Irish beef exports to China suspended after BSE case
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The Republic of Ireland has suspended beef exports to China following the discovery of a cow with atypical BSE, also known as mad cow disease.

The case was confirmed on Friday after tests were conducted by Irish Department of Agriculture vets on a dead 10-year-old cow that had been delivered to be destroyed.

As a result of a previous BSE case discovered in 2020, the Chinese market was reopened to Irish beef exports in January.

When a BSE case is discovered, beef exports have to be suspended according to a protocol with China.

According to Chinese authorities, any timetable for the resumption of beef exports is up to them.

Tánaiste (Deputy Prime Minister) Micheál Martin said on Wednesday that China’s authorities will decide on resuming beef exports “within a matter of months”.

He said he is not concerned about Ireland’s reputation being damaged during his four-day visit to China.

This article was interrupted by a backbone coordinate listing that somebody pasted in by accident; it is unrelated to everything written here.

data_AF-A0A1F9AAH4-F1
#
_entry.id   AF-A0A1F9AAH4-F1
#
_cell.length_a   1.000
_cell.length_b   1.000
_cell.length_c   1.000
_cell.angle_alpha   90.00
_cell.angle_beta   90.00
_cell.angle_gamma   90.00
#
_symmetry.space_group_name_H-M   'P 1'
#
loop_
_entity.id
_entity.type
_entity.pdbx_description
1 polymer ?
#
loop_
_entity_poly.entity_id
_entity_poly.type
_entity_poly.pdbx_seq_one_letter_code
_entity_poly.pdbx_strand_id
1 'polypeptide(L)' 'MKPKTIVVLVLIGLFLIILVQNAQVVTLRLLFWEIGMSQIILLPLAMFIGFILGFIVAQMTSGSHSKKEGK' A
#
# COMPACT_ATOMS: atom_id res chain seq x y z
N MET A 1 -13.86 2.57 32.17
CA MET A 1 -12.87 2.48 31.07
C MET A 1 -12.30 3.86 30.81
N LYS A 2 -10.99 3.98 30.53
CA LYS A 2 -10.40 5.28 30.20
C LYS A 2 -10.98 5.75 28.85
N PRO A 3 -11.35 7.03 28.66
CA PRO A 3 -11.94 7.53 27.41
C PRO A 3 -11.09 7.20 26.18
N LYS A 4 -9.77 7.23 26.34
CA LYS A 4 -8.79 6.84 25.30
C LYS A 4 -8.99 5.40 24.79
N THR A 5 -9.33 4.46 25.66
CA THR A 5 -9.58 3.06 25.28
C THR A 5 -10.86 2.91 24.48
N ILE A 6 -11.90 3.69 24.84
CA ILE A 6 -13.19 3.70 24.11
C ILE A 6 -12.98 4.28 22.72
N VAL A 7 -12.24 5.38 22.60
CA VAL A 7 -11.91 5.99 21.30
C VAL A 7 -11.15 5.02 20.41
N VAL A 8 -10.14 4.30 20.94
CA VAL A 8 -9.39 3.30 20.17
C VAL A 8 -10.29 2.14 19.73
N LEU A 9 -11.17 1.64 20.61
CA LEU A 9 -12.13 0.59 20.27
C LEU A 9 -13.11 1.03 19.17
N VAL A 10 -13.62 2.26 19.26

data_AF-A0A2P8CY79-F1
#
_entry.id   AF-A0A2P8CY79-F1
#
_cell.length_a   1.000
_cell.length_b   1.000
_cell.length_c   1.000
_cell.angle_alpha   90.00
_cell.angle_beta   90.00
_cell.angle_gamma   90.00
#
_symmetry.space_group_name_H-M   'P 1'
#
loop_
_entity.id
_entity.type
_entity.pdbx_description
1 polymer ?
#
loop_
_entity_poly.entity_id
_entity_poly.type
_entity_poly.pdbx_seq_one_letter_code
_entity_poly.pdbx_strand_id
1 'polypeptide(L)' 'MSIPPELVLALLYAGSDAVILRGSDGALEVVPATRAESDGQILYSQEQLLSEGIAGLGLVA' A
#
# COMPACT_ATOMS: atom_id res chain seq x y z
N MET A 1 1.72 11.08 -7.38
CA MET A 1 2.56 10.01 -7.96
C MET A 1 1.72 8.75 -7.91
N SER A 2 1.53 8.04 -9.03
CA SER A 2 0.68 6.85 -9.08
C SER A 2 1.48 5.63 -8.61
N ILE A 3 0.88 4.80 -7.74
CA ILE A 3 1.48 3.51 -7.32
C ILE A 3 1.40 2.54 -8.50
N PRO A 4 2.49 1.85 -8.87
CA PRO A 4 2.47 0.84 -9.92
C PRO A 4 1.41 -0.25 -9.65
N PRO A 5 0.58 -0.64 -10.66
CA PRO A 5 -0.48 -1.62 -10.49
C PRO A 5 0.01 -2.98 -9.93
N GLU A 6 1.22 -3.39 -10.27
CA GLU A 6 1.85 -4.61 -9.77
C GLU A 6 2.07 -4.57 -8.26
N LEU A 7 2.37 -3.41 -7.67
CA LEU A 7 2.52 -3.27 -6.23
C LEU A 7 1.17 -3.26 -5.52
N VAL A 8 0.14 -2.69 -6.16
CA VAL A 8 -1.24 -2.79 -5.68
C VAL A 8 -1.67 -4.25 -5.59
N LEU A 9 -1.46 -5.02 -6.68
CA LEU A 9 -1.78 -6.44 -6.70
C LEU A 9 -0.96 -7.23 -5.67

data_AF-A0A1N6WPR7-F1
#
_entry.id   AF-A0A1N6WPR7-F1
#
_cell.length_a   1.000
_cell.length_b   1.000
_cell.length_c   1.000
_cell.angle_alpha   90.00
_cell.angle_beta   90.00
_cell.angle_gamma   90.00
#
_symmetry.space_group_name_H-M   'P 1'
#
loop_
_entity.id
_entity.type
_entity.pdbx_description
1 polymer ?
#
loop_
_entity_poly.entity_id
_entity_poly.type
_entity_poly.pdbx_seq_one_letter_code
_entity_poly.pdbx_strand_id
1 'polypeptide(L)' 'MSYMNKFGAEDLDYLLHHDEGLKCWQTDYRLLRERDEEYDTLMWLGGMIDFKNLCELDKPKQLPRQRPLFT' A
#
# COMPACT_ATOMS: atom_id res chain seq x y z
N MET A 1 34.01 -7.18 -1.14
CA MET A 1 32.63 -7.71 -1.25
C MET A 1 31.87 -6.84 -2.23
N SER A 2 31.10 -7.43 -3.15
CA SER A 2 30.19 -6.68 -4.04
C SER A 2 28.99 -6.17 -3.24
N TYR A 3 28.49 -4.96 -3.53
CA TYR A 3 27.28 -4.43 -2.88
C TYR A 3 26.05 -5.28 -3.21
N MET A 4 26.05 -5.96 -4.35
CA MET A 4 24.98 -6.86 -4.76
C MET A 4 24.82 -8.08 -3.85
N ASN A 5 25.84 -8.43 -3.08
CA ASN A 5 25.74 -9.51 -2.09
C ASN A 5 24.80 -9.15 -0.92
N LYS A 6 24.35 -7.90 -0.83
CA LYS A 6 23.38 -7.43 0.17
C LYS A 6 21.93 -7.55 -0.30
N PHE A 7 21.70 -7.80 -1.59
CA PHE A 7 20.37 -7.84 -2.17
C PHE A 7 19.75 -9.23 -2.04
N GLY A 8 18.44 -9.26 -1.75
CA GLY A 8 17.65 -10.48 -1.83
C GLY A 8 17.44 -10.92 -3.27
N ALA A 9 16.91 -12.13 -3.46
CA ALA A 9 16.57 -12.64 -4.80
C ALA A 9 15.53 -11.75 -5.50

“The voluntary suspension of trade is part of a protocol that Ireland and China entered into to facilitate beef’s entry into the Chinese market,” he said.

In response to a question about financial assistance for farmers affected by the development, Mr Martin said Agriculture Minister Charlie McConalogue was dealing with the issue.

According to him, the impact of the atypical case would be “quite limited” for Irish farmers dealing with China, as Ireland exports beef to about 70 countries.

During his meeting with his Chinese counterparts, he emphasized the importance of beef and food exports.

Irish beef shipments to China resumed in April, according to RTÉ, but exports are low at present.